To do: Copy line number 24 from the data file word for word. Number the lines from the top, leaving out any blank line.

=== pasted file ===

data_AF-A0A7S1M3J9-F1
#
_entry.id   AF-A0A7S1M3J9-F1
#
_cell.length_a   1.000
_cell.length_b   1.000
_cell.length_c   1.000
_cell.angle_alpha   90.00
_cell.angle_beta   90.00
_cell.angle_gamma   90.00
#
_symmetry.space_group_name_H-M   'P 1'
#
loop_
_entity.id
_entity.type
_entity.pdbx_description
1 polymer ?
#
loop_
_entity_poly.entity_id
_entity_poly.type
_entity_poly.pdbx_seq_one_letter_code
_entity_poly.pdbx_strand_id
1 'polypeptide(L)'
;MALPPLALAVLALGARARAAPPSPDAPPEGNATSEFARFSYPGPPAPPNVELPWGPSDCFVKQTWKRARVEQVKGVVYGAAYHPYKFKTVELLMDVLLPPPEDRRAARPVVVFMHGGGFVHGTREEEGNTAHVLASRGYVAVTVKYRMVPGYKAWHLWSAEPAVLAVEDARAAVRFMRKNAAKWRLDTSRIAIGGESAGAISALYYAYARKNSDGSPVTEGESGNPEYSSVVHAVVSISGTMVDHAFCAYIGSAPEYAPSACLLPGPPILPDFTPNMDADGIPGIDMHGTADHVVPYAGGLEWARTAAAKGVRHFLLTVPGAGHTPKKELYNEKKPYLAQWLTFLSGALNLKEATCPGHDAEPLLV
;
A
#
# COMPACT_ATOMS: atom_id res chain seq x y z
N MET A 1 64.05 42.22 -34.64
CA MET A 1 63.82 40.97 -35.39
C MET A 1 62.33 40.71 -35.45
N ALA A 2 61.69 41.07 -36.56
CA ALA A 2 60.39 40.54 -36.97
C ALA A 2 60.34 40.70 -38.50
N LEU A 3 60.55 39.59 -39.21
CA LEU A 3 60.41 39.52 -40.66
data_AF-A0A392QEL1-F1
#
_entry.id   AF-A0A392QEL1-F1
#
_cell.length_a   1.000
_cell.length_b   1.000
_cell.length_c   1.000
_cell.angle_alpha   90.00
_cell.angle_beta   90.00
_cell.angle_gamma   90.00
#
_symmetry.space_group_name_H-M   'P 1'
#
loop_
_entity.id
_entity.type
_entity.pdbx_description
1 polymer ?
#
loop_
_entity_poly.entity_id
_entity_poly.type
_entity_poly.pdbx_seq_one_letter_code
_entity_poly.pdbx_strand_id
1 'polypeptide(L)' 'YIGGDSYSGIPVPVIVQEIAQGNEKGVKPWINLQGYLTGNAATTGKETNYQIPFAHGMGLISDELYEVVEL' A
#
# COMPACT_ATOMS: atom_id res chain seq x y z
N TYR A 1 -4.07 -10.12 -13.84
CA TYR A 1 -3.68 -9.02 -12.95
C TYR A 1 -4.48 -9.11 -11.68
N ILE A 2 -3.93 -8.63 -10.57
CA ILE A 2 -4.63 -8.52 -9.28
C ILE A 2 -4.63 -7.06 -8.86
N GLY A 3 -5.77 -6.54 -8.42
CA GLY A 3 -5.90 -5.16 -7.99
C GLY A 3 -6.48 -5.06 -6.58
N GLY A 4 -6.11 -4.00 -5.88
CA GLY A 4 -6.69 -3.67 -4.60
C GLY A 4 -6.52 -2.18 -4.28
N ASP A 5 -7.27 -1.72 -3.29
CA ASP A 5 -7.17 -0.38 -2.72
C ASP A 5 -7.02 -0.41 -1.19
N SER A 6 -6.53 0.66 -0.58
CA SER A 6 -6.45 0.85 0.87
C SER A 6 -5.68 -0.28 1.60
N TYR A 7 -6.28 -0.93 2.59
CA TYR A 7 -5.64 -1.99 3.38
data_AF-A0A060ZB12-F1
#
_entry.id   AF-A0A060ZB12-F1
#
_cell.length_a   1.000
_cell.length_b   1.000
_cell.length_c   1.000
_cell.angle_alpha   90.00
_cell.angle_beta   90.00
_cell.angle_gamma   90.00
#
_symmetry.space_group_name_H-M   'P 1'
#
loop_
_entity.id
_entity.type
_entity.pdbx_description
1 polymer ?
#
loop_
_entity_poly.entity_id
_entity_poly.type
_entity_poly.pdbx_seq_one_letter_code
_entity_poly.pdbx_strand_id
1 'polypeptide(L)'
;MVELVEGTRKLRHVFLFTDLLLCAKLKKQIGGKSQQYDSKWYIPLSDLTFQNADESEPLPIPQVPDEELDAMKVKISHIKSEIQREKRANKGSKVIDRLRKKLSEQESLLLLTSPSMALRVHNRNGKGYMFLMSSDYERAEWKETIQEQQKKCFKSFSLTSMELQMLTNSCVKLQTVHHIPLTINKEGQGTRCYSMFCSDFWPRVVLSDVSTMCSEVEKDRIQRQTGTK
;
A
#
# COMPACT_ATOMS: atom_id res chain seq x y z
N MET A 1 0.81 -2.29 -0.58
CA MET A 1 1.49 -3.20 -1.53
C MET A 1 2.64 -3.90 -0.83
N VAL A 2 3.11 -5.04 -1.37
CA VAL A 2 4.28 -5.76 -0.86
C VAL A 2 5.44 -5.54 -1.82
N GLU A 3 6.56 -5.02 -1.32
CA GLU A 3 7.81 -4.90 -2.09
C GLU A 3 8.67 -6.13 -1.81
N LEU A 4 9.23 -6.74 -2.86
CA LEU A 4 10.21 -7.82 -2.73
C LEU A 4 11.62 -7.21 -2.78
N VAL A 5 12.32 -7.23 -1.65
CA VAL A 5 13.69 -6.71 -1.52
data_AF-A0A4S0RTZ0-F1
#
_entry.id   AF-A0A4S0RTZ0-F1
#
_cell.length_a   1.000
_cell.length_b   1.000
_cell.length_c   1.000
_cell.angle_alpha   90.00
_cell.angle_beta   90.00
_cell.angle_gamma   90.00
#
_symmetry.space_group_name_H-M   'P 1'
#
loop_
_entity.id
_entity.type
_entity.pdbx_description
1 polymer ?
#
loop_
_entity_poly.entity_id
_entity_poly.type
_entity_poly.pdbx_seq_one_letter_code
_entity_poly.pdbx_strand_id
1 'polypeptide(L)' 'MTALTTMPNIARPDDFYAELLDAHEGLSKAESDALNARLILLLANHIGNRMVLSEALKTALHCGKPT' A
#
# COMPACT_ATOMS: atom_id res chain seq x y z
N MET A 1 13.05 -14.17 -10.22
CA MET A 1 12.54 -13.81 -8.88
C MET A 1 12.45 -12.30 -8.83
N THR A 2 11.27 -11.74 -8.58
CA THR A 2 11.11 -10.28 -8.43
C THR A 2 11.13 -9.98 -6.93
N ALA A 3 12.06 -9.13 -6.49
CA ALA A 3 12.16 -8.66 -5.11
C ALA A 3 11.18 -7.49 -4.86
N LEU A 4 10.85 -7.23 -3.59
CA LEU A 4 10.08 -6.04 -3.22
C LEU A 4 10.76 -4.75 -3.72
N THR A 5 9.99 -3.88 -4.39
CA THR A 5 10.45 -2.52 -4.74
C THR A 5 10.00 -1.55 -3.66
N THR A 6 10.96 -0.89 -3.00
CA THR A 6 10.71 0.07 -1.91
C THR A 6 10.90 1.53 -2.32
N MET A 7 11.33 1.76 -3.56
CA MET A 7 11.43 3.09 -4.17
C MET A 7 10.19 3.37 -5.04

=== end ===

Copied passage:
_entity_poly.pdbx_strand_id